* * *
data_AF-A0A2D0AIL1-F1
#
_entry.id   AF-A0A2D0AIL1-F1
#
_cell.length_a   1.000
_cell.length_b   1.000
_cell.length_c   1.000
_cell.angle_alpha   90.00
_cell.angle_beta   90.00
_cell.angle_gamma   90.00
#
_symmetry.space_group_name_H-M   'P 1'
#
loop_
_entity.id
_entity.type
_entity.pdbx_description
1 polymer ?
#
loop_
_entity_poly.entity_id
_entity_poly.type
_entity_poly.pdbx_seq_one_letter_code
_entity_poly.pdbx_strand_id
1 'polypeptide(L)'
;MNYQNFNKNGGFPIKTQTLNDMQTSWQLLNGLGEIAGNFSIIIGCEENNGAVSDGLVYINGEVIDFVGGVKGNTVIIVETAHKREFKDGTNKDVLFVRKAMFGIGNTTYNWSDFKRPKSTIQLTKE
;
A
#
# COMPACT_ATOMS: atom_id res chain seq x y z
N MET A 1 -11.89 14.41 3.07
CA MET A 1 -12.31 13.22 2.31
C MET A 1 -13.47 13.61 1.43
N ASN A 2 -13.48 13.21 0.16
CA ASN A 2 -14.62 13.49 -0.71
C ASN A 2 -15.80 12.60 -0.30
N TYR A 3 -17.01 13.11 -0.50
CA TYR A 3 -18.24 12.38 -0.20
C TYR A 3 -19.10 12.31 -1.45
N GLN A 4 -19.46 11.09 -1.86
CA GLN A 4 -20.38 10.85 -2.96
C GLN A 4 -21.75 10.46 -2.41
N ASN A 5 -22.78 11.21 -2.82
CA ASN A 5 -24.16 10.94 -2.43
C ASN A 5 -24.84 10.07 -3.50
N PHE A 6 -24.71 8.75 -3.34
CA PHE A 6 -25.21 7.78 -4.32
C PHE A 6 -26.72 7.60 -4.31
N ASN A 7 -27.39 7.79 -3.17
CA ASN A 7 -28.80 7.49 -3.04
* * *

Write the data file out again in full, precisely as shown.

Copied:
data_AF-A0A2D0AIL1-F1
#
_entry.id   AF-A0A2D0AIL1-F1
#
_cell.length_a   1.000
_cell.length_b   1.000
_cell.length_c   1.000
_cell.angle_alpha   90.00
_cell.angle_beta   90.00
_cell.angle_gamma   90.00
#
_symmetry.space_group_name_H-M   'P 1'
#
loop_
_entity.id
_entity.type
_entity.pdbx_description
1 polymer ?
#
loop_
_entity_poly.entity_id
_entity_poly.type
_entity_poly.pdbx_seq_one_letter_code
_entity_poly.pdbx_strand_id
1 'polypeptide(L)'
;MNYQNFNKNGGFPIKTQTLNDMQTSWQLLNGLGEIAGNFSIIIGCEENNGAVSDGLVYINGEVIDFVGGVKGNTVIIVETAHKREFKDGTNKDVLFVRKAMFGIGNTTYNWSDFKRPKSTIQLTKE
;
A
#
# COMPACT_ATOMS: atom_id res chain seq x y z
N MET A 1 -11.89 14.41 3.07
CA MET A 1 -12.31 13.22 2.31
C MET A 1 -13.47 13.61 1.43
N ASN A 2 -13.48 13.21 0.16
CA ASN A 2 -14.62 13.49 -0.71
C ASN A 2 -15.80 12.60 -0.30
N TYR A 3 -17.01 13.11 -0.50
CA TYR A 3 -18.24 12.38 -0.20
C TYR A 3 -19.10 12.31 -1.45
N GLN A 4 -19.46 11.09 -1.86
CA GLN A 4 -20.38 10.85 -2.96
C GLN A 4 -21.75 10.46 -2.41
N ASN A 5 -22.78 11.21 -2.82
CA ASN A 5 -24.16 10.94 -2.43
C ASN A 5 -24.84 10.07 -3.50
N PHE A 6 -24.71 8.75 -3.34
CA PHE A 6 -25.21 7.78 -4.32
C PHE A 6 -26.72 7.60 -4.31
N ASN A 7 -27.39 7.79 -3.17
CA ASN A 7 -28.80 7.49 -3.04